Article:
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Notice of Violation of IEEE Publication Principles
"PathMapper-An Integrative Approach for Oncogene Pathway Identification"
by Asha Vijayan, Bessey Elen Skariah, Bipin G. Nair, Gerald H. Lushington, Sabarinath Subramanian, Mahesh Visvanathan
in the Proceedings of the IEEE International Conference on Bioinformatics and Biomedicine Workshop, 2009. BIBMW 2009, November 2009, pp. 267-271
After careful and considered review of the content and authorship of this paper by a duly constituted expert committee, this paper has been found to be in violation of IEEE's Publication Principles.
This paper contains portions of text from the paper(s) cited below. A credit notice is used, but due to the absence of quotation marks or offset text, copied material is not clearly referenced or specifically identified.
"PathExpress: A Web-based Tool to Identify Relevant Pathways in Gene Expression Data"
by Nicolas Goffard and Georg Weiller
in Nucleic Acids Research, Vol 35, Web Server Issue, Oxford, June 2007, pp. W176-W181
Although generation of high-throughput expression data is becoming customary, the fast, easy, and methodical presentation and analysis of these data in a biological context is still an obstruction. To tackle this necessity we have developed PathMapper, a standalone application which maps expression profiles of genes or proteins concurrently onto major, currently available regulatory, metabolic and cellular pathways. PathMapper automatically predicts protein functions directly from genes and can systematically identify differences between metabolic pathways and map genes onto pathways. MYSQL database is used to store, query, and manipulate the large amounts of data that are involved. PathMapper allows its users to (i) upload microarray data into a database; (ii) integrate gene expression with enzymes of the pathways; (iii) generate pathway diagrams (iv) visualize gene expression for each pathway. A graphical pathway represe- ntation permits the visualization of the expressed genes in a functional context. Based on publicly available pathway databases, PathMapper can be adapted to any organism and is currently available for human, mouse and rat genome arrays. About 20% of the probe sets of each array have been assigned to EC numbers by homology relationship and linked to its corresponding metabolic pathways. This tool can be downloaded and evaluated using the following Web link : (http://parasakti.amrita.ac.in/~amm07bi008/PathMapper).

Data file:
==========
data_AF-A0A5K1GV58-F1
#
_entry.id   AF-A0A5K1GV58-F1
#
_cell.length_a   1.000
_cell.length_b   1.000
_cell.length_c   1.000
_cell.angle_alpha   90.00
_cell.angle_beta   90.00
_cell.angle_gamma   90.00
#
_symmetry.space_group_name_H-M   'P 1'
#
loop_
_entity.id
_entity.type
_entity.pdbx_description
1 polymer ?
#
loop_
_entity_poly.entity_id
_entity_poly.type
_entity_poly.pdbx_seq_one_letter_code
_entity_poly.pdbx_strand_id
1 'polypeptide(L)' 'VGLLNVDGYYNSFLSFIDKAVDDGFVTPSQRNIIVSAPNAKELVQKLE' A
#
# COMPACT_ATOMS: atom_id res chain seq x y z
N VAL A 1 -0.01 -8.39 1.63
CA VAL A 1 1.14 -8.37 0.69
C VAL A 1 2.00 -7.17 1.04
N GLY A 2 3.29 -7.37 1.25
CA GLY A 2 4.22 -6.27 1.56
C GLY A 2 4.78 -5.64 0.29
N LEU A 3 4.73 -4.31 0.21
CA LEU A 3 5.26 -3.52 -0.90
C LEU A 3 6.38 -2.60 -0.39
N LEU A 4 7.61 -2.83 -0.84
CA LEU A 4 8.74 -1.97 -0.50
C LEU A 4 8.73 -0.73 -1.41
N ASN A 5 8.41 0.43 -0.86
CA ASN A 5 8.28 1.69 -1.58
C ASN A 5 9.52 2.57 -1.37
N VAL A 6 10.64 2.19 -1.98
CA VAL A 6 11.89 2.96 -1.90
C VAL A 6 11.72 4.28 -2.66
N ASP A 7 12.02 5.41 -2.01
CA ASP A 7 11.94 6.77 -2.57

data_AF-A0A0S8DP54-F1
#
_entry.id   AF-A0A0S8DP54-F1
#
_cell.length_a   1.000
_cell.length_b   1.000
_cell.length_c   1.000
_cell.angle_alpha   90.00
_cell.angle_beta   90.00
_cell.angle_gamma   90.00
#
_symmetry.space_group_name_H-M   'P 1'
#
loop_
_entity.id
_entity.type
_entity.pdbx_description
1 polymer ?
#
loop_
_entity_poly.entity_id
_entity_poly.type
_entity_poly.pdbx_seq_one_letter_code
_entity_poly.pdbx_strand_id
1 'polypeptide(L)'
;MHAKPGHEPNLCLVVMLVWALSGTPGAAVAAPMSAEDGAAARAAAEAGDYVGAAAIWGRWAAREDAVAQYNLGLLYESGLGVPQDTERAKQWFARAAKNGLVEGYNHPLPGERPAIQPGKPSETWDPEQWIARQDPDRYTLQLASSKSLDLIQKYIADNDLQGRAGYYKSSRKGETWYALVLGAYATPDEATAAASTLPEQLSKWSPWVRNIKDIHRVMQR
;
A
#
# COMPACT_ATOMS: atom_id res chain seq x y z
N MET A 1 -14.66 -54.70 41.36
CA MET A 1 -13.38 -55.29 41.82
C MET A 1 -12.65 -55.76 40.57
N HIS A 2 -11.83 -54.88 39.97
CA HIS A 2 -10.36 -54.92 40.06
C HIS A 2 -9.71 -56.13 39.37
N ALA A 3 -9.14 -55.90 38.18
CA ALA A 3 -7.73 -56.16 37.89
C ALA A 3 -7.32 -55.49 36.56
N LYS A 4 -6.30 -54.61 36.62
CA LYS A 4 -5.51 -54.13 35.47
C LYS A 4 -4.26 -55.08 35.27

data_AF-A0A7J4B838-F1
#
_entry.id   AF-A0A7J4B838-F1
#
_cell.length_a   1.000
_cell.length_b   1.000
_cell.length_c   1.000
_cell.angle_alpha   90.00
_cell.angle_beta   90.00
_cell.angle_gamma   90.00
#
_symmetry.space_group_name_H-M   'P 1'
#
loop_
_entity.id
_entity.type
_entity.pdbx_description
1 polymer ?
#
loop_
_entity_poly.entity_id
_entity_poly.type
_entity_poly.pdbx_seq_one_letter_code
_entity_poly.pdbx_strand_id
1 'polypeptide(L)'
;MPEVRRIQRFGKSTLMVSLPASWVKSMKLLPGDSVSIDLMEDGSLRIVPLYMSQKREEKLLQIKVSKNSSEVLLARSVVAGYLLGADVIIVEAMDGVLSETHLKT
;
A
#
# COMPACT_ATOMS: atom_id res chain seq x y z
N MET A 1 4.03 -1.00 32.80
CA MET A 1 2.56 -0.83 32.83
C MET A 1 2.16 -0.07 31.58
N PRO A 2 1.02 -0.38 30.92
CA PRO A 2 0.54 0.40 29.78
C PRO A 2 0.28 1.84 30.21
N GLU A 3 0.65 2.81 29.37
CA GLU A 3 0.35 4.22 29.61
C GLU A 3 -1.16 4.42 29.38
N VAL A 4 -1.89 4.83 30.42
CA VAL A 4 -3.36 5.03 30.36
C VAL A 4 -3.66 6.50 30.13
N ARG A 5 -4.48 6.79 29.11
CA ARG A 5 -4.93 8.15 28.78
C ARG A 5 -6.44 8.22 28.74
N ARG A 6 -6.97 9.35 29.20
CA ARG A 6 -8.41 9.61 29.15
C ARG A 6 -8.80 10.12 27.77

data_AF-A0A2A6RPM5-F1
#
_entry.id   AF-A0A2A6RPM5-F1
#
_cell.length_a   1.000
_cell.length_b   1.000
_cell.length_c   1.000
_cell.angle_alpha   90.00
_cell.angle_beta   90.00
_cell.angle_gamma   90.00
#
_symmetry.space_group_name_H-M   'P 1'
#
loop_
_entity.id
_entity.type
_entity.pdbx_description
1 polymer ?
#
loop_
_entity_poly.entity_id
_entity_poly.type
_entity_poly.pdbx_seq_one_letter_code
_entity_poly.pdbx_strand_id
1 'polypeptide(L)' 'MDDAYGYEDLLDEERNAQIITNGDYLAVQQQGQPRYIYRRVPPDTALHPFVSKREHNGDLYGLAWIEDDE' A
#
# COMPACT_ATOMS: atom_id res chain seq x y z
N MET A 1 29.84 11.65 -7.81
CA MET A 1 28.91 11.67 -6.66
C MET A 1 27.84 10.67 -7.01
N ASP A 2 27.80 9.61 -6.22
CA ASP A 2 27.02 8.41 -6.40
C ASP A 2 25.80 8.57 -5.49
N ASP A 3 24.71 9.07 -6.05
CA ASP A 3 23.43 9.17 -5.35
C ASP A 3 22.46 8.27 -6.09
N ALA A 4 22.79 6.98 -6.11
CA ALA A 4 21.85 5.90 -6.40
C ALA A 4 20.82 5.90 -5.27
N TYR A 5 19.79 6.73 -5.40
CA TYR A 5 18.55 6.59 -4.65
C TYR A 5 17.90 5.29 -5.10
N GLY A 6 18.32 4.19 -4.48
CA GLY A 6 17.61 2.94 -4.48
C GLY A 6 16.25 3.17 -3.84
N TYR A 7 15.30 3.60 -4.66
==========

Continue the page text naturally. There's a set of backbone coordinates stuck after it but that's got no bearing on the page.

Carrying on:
Date of Conference: 1-4 Nov. 2009